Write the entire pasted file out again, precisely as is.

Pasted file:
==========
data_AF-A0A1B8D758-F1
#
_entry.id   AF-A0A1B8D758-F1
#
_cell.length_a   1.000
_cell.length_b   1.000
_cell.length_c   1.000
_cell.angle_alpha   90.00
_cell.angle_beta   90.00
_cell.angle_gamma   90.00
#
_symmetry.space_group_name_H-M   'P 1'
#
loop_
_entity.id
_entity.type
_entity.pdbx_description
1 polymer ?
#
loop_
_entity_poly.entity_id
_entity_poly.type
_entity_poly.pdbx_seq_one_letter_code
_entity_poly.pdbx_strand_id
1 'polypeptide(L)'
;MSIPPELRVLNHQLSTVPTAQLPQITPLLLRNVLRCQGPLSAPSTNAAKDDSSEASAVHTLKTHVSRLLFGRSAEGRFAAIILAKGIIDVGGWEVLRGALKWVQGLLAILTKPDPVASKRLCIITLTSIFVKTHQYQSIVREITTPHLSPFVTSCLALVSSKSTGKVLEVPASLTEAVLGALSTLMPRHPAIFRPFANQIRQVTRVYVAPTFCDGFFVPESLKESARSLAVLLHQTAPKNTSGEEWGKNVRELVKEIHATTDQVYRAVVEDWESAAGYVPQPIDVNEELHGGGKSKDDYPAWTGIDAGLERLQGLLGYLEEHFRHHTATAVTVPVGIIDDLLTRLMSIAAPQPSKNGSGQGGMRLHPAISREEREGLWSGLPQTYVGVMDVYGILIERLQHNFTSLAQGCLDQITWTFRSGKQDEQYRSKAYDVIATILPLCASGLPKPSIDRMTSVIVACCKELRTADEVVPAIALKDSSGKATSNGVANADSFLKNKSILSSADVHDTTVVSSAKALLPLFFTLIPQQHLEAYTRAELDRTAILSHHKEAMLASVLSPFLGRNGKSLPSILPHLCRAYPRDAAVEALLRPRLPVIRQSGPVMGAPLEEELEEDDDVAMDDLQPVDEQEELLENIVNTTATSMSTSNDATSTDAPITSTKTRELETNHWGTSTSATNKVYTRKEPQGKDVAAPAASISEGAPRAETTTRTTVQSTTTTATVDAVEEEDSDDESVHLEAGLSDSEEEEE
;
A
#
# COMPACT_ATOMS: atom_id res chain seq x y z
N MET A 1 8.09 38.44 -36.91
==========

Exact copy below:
data_AF-A0A1B8D758-F1
#
_entry.id   AF-A0A1B8D758-F1
#
_cell.length_a   1.000
_cell.length_b   1.000
_cell.length_c   1.000
_cell.angle_alpha   90.00
_cell.angle_beta   90.00
_cell.angle_gamma   90.00
#
_symmetry.space_group_name_H-M   'P 1'
#
loop_
_entity.id
_entity.type
_entity.pdbx_description
1 polymer ?
#
loop_
_entity_poly.entity_id
_entity_poly.type
_entity_poly.pdbx_seq_one_letter_code
_entity_poly.pdbx_strand_id
1 'polypeptide(L)'
;MSIPPELRVLNHQLSTVPTAQLPQITPLLLRNVLRCQGPLSAPSTNAAKDDSSEASAVHTLKTHVSRLLFGRSAEGRFAAIILAKGIIDVGGWEVLRGALKWVQGLLAILTKPDPVASKRLCIITLTSIFVKTHQYQSIVREITTPHLSPFVTSCLALVSSKSTGKVLEVPASLTEAVLGALSTLMPRHPAIFRPFANQIRQVTRVYVAPTFCDGFFVPESLKESARSLAVLLHQTAPKNTSGEEWGKNVRELVKEIHATTDQVYRAVVEDWESAAGYVPQPIDVNEELHGGGKSKDDYPAWTGIDAGLERLQGLLGYLEEHFRHHTATAVTVPVGIIDDLLTRLMSIAAPQPSKNGSGQGGMRLHPAISREEREGLWSGLPQTYVGVMDVYGILIERLQHNFTSLAQGCLDQITWTFRSGKQDEQYRSKAYDVIATILPLCASGLPKPSIDRMTSVIVACCKELRTADEVVPAIALKDSSGKATSNGVANADSFLKNKSILSSADVHDTTVVSSAKALLPLFFTLIPQQHLEAYTRAELDRTAILSHHKEAMLASVLSPFLGRNGKSLPSILPHLCRAYPRDAAVEALLRPRLPVIRQSGPVMGAPLEEELEEDDDVAMDDLQPVDEQEELLENIVNTTATSMSTSNDATSTDAPITSTKTRELETNHWGTSTSATNKVYTRKEPQGKDVAAPAASISEGAPRAETTTRTTVQSTTTTATVDAVEEEDSDDESVHLEAGLSDSEEEEE
;
A
#
# COMPACT_ATOMS: atom_id res chain seq x y z
N MET A 1 8.09 38.44 -36.91